The World At Home
2017-06-15 14:44:58 -
With his decision to withdraw the United States from the Paris Agreement, President Donald Trump sent a very clear signal to the conservative base of the Republican Party: he is doubling down on his 2020 re-election strategy by making good on his campaign promises. It was also a resounding victory for the Trump Administration’s populist nationalist wing, demonstrating just how strong an influence the great manipulator Stephen Bannon and his reactionary allies, senior policy advisor Stephen Miller, Attorney General Jeff Sessions and EPA chief Scott Pruitt, have over the president.

While I continue to hold out hope that the more pragmatic members of the Trump Administration will eventually prevail over Bannon and his backward-looking minions, I have yet to see any evidence that they will. Thus far, First Daughter Ivanka Trump and her husband Jared Kushner, as well as their White House allies, chief economic advisor Gary Cohn, Treasury Secretary Steven Mnuchin and Secretary of State Rex Tillerson, have not advocated as loudly or strongly in favour of their more sensible positions as have Bannon and his allies for the xenophobic policies that they support.

During his first five months in office, President Trump has demonstrated through his countless Twitter storms that he can be swayed by strong emotions. Most recently, he responded to the attacks on London Bridge by tweeting: “The Justice Dept should have stayed with the original Travel Ban, not the watered down, politically correct version they submitted to SC.” That’s right: President Trump used the attack as the pretext for defending the first executive order he signed to ban visitors from Muslim countries, which was written by Stephen Miller, his senior advisor for policy and Bannon’s closest ally.

Two months ago I stated my belief that Bannon and company’s power and influence within the Trump Administration had peaked, because they were being blamed for the judicial failures of Trump’s Muslim immigration bans. I now recognise that this was wishful thinking on my part. It is clear to me that Trump’s actions are being driven by Bannon’s arguments that Trump must continue to promote the nationalistic and populist policies that appeal to his conservative base if he wants to win a second term.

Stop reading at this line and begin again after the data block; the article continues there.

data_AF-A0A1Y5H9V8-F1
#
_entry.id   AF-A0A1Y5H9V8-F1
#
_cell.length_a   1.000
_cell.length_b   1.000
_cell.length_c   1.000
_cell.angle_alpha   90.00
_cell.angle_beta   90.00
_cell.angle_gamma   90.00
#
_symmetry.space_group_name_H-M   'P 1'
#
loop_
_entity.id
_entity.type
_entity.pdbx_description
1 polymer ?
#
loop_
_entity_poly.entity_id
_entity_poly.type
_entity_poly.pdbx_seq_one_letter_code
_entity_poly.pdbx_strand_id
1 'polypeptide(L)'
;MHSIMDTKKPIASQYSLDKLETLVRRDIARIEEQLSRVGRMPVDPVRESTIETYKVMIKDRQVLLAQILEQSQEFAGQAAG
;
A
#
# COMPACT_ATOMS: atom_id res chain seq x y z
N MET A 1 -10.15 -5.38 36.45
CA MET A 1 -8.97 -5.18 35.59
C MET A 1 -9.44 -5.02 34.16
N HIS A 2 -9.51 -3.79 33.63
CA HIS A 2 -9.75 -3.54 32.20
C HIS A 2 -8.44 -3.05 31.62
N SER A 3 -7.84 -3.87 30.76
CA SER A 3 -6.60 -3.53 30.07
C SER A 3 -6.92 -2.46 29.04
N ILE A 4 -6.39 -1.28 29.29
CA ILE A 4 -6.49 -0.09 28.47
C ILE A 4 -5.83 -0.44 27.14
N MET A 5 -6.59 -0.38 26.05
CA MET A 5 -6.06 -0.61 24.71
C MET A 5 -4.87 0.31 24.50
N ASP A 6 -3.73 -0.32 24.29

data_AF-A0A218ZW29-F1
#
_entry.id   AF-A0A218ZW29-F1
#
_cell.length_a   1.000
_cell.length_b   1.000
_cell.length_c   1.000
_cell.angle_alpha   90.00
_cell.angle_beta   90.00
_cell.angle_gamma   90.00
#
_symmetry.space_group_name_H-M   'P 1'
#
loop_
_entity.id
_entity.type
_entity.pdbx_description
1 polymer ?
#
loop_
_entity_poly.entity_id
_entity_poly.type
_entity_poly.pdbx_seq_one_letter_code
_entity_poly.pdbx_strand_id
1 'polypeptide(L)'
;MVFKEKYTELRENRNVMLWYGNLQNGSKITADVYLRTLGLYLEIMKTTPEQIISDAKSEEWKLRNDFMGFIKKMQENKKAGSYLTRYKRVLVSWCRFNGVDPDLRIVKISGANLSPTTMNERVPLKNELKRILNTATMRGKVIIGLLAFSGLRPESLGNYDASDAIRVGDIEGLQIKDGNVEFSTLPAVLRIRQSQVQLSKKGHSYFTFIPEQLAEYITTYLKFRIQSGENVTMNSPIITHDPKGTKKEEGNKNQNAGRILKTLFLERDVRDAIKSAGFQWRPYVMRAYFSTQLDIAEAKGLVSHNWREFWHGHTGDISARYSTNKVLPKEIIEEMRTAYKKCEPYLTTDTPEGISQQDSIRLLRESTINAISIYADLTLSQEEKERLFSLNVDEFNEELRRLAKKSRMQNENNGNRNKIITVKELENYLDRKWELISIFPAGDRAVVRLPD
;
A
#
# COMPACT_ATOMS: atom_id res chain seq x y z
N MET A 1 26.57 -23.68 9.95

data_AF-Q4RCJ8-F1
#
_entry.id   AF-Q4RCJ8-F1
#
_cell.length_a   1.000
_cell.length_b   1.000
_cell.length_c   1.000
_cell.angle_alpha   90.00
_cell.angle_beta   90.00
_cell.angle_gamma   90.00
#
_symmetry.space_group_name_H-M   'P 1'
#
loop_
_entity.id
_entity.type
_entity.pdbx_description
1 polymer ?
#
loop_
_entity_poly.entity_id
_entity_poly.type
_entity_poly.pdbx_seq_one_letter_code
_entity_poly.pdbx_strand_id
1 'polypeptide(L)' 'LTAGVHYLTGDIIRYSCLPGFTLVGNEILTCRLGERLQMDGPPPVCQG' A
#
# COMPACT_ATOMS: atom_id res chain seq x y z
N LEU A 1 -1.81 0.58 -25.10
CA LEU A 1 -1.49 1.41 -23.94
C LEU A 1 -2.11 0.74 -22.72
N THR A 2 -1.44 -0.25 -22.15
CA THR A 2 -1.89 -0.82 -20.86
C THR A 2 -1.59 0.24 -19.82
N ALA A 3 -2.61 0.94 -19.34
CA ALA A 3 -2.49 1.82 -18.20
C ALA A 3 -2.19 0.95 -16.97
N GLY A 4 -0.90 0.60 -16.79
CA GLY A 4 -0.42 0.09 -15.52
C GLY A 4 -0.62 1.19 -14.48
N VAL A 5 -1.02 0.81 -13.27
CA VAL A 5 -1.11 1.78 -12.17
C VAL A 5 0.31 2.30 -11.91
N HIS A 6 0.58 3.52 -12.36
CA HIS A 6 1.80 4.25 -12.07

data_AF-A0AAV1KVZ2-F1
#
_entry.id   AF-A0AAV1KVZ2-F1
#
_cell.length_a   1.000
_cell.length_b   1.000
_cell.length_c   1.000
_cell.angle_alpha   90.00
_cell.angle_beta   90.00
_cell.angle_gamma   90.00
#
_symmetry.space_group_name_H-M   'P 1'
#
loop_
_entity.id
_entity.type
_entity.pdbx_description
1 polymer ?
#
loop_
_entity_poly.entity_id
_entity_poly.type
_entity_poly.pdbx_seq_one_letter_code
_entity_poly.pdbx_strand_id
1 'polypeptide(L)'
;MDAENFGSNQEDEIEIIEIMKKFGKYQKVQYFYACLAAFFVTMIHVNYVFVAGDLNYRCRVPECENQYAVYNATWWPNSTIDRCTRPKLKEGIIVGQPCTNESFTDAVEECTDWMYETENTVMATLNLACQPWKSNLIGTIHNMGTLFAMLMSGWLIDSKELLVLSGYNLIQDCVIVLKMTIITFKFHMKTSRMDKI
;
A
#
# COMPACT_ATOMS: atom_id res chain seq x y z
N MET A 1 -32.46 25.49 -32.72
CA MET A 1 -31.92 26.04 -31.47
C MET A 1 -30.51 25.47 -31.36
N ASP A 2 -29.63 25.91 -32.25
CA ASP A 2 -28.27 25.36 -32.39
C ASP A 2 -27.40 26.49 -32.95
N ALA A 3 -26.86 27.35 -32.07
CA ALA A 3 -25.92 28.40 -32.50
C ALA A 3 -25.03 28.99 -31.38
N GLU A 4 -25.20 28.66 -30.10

While I understand betting on appealing to your conservative core instead of broadening your base of support, I still don’t see how pulling out of the Paris Accord does anything to solidify Trump’s base. A recent Yale University poll showed that 47 per cent of those who voted for Trump supported remaining in the Paris Agreement while just 28 per cent were in favour of withdrawing from it. Unless Bannon and his cronies know something I don’t, I have a hard time believing that this move will drive more of Trump’s fervent supporters to the polls.

Bannon’s plan to win re-election is centred on his belief that if Trump fulfils his campaign promises, then the same disaffected blue-collar voters who helped him win narrow victories in Michigan, Wisconsin and Pennsylvania will turn out again in 2020. This approach also assumes that Trump and Congress will succeed in repealing and replacing Obamacare and lowering taxes. But if Congressional Republicans are unable to muster the 50 senate votes they need in favour of Trumpcare or tax reform, then Trump will also need to shift the blame for not doing so to Congressional Democrats.

Yet with Congress’s annual summer recess only weeks away, the problem isn’t actually Democrat opposition to Republican legislative proposals, but rather the lack of agreement among both House and Senate Republicans about proposed healthcare and tax law changes. Senate Republicans will not agree to the phasing out of increases in Medicaid funding and not providing coverage for people with pre-existing conditions. There is also no support for the House proposal to raise new tax revenues to offset corporate and personal income tax cuts with a new border adjustment tax on imported goods.

To further complicate matters, because Americans are paying their taxes more slowly than government projections, the Trump Administration also wants Congress to raise the debt ceiling before they return home for the summer. But since diehard conservatives always vote against raising the debt ceiling, Republican leaders in Congress will also have to strike a deal with Democrats so the federal government doesn’t run out of money and have to shut down or default on paying its bills. So it’s no wonder some Republicans in Congress have become increasing nervous about their re-election chances.

Against this backdrop of legislative incapacitation, Congressional Republicans not only have to explain why they can’t pass healthcare, tax and infrastructure legislation, but they must also defend President Trump’s chaotic White House and his decision to fire FBI Director James Comey. 

During his Senate testimony last week, Comey said the president lied about why he had fired him, when he claimed that the FBI was in disarray and poorly led, that the workforce had lost confidence in its leader. “Those were lies, plain and simple,” said Comey. The irony here is that by asking Comey to drop the Michael Flynn investigation in order to remove the cloud over his administration, President Trump only created a bigger one.

Charles Laffiteau is a US Republican from Dallas, Texas pursuing a career in public service. He previously lectured on Contemporary US Business & Society at DCU from 2009-2011 and pursued a PhD in Public Policy and Political Economy.
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